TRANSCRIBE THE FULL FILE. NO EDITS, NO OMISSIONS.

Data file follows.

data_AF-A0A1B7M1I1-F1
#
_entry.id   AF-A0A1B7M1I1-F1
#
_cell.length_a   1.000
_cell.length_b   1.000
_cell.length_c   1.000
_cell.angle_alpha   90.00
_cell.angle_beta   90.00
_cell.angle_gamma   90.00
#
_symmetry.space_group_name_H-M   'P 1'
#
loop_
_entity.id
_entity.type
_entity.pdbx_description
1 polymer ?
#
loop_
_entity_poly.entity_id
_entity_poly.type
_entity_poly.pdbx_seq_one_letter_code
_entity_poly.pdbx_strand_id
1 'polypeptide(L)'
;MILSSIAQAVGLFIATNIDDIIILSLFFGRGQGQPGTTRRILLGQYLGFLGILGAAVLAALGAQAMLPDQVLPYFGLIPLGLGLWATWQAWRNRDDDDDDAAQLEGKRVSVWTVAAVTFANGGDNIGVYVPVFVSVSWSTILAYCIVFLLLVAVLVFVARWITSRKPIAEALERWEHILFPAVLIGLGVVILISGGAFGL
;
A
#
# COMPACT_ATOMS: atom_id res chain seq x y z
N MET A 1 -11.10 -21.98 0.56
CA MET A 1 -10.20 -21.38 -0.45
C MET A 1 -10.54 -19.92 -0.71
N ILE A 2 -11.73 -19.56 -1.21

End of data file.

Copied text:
data_AF-A0A1B7M1I1-F1
#
_entry.id   AF-A0A1B7M1I1-F1
#
_cell.length_a   1.000
_cell.length_b   1.000
_cell.length_c   1.000
_cell.angle_alpha   90.00
_cell.angle_beta   90.00
_cell.angle_gamma   90.00
#
_symmetry.space_group_name_H-M   'P 1'
#
loop_
_entity.id
_entity.type
_entity.pdbx_description
1 polymer ?
#
loop_
_entity_poly.entity_id
_entity_poly.type
_entity_poly.pdbx_seq_one_letter_code
_entity_poly.pdbx_strand_id
1 'polypeptide(L)'
;MILSSIAQAVGLFIATNIDDIIILSLFFGRGQGQPGTTRRILLGQYLGFLGILGAAVLAALGAQAMLPDQVLPYFGLIPLGLGLWATWQAWRNRDDDDDDAAQLEGKRVSVWTVAAVTFANGGDNIGVYVPVFVSVSWSTILAYCIVFLLLVAVLVFVARWITSRKPIAEALERWEHILFPAVLIGLGVVILISGGAFGL
;
A
#
# COMPACT_ATOMS: atom_id res chain seq x y z
N MET A 1 -11.10 -21.98 0.56
CA MET A 1 -10.20 -21.38 -0.45
C MET A 1 -10.54 -19.92 -0.71
N ILE A 2 -11.73 -19.56 -1.21